“Will not captions become the essential component of pictures?” Walter Benjamin.
Anarchist. Wit. Man of exquisite taste in Art and Fashion. What’s not to like? Also, art critic. Félix Fénéon was among the first to discover Seurat, Rimbaud and Lautréamont. And from 1906 on he authored faits divers for a French tabloid: twitter-length synopses of the lurid, the petty and the familial, sometimes all in one:
« Dans un café, rue Fontaine, Vautour, Lenoir et Atanis ont, à propos de leurs femmes absentes, échangé quelques balles. »
“In a café, rue Fontaine, Vulture, Lenoir and Atanis traded a few bullets respecting their absent wives.” [Character count: 105.]
« Muni d’une queue de rat et illusoirement chargé de grès fin, un cylindre de fer-blanc a été trouvé rue de l’Ouest. »1
“Endowed with a rat’s tail and deceptively loaded with fine sandstone, a tin cylinder was found rue de l’Ouest.” [Character count: 113.]
Just like Twitter, the format constrained Fénéon. Like his friend Mallarmé Fénéon embraced these constraints, they determined the lapidary elegance of his style.
Fénéon’s faits divers are the other side of his restrained yet empathic art criticism, defined, like faits-divers, by absence: one is reminded of Walter Benjamin’s take on Eugene Atget’s photographs of empty streets, “not lonely but voiceless,” images that demanded interpretation, “opening the field for politically educated sight.”2 Fénéon’s style, like Mallarmé’s or Baudelaire, defined itself through the implication of absent views and narratives, albeit from its own, uniquely materialist angle, quite different from Baudelaire or Mallarmé’s:
« Ces mers, vues d’un regard qui tombe perpendiculairement, couvrent tout le rectangle du cadre ; mais le ciel, pour invisible, se devine : tout son changeant émoi se trahit en inquiets jeux de lumière sur l’eau. »3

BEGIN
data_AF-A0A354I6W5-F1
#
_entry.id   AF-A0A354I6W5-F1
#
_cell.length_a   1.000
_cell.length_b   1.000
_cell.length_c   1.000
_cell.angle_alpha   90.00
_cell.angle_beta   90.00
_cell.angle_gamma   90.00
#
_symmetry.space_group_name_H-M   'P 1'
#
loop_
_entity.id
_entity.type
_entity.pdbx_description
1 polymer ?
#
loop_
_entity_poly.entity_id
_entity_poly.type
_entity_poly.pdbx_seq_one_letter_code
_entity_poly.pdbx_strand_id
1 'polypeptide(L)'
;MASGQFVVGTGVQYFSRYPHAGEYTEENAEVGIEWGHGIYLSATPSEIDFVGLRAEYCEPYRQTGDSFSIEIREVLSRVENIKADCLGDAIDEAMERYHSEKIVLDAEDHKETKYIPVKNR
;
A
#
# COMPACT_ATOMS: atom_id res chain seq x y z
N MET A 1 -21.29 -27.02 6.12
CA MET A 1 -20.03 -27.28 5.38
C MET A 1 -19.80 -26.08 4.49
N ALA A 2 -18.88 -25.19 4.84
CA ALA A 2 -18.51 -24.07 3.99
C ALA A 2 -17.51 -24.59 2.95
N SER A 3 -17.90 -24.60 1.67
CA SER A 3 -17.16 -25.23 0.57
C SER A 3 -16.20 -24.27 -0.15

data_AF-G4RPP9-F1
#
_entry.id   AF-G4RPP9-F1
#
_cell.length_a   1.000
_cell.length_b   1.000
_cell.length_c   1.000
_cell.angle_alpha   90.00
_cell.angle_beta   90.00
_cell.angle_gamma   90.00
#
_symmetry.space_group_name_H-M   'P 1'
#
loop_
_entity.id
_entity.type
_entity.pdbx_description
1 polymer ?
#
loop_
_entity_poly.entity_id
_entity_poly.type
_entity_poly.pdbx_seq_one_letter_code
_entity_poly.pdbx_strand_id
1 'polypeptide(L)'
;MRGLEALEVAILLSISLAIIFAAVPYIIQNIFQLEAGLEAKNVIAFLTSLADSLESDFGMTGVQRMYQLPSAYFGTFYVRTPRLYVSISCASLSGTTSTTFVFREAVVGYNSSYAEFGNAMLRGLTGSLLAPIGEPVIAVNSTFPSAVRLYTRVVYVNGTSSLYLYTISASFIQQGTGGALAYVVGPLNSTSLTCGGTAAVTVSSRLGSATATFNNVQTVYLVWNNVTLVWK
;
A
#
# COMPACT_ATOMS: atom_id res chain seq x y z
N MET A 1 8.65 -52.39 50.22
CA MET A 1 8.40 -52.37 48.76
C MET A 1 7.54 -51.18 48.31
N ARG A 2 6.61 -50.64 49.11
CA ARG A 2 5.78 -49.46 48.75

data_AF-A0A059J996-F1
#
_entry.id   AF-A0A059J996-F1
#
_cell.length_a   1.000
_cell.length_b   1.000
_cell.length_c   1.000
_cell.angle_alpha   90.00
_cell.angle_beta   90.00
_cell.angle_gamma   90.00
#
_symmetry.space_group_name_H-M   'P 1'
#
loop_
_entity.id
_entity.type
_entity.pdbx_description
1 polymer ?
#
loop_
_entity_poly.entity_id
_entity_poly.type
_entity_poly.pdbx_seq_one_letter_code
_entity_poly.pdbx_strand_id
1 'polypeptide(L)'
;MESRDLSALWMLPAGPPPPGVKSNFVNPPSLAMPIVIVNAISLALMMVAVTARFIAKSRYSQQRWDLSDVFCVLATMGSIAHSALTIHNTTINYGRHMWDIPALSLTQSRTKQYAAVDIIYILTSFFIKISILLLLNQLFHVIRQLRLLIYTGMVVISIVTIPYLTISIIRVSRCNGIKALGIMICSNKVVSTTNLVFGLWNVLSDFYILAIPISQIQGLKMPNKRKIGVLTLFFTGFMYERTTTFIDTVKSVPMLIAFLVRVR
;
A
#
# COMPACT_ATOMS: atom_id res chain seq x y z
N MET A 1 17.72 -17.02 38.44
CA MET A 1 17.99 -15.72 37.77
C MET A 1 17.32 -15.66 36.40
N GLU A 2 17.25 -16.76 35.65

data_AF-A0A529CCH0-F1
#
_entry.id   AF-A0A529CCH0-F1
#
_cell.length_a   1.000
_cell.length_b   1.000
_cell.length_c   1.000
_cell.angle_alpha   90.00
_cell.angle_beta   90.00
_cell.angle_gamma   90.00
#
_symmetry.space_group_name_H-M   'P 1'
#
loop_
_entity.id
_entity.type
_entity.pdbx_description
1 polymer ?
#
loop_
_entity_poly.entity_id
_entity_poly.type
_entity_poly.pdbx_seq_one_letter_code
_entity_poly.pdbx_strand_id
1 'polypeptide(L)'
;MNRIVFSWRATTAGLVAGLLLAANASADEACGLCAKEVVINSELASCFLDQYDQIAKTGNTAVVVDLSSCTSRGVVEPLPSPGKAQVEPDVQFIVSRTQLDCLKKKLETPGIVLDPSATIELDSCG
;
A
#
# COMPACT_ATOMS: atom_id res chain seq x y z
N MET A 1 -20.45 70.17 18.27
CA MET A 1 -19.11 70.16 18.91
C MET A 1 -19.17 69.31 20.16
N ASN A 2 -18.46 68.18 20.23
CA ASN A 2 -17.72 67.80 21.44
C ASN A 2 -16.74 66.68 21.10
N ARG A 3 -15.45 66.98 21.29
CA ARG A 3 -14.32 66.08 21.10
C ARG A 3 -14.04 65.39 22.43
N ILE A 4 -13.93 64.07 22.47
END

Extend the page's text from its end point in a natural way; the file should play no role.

“Those seas, seen from a glance that falls at a perpendicular, cover the whole rectangle of the frame; but the sky, though invisible, may be guessed: its shifting emotion, all, betrays itself in an anxious play of light upon the water.” [Character count: 222.]
As with Marx so with Fénéon: consciousness was to be determined by historical and social circumstance. The task of the critic was to bring readers and viewers to a consciousness of their own shifting consciousness, much as viewers of Monet’s Nymphéas find themselves placed in a shifting relationship to the canvas, or as Benjamin expected of Surrealism; much as Fénéon, in his anarchist criticism, hoped of his proletarian readers, like the tension of an unseen sky reflected on shifting waters. In his relationship to the image or the narrative Fénéon took on the role of the Dichter, the one who condenses the visual text to its contextual sense. “Dichter,” the German noun for “poet,” is commonly glossed as a pun on the adjective dicht, for “condensed.” In fact the word Dichter derives from the Late Latin dictor, “the one who speaks.”4 The poet’s role was / is to appose the full authority of language against the passive act of presentation; to re-present that which the text (visual or verbal) cannot or will not say. There are parallels, useful parallels, to be found in the images in the margins of Gothic manuscripts, even more so in the Gothic bas-de-page whose format is similar to today’s online headers, strips of narrative “where the future is nesting, even today, so eloquently that we looking back can discover it.”5
"If the narrative... depicts how the Word was made Flesh, this is reversed in the anti-incarnations of the edge, which are worldly, fragmentary and fleshly."6
Not to mention witty, controlled and disruptive. The Flesh made Word: now that’s a task to get behind.
October 8, 2022
Félix Fénéon, Œuvres. Introduction de Jean Paulhan (Paris : Gallimard, 1948), pp. 318, 308.
Walter Benjamin, "Walter Benjamin's 'Short History of Photography'" [Die kleine Geschichte der Fotographie, 1931], trans. Phil Patton. Artforum Vol. 15, no. 6 (February 1977).
Fénéon, Œuvres, p. 28.
Augustine, De Doctrina Christiana 4, 10, 25.
Benjamin, op. cit.
Michael Camille, Image on the Edge. The Margins of Medieval Art (Cambridge, MA: Harvard University Press, 1992), p. 50.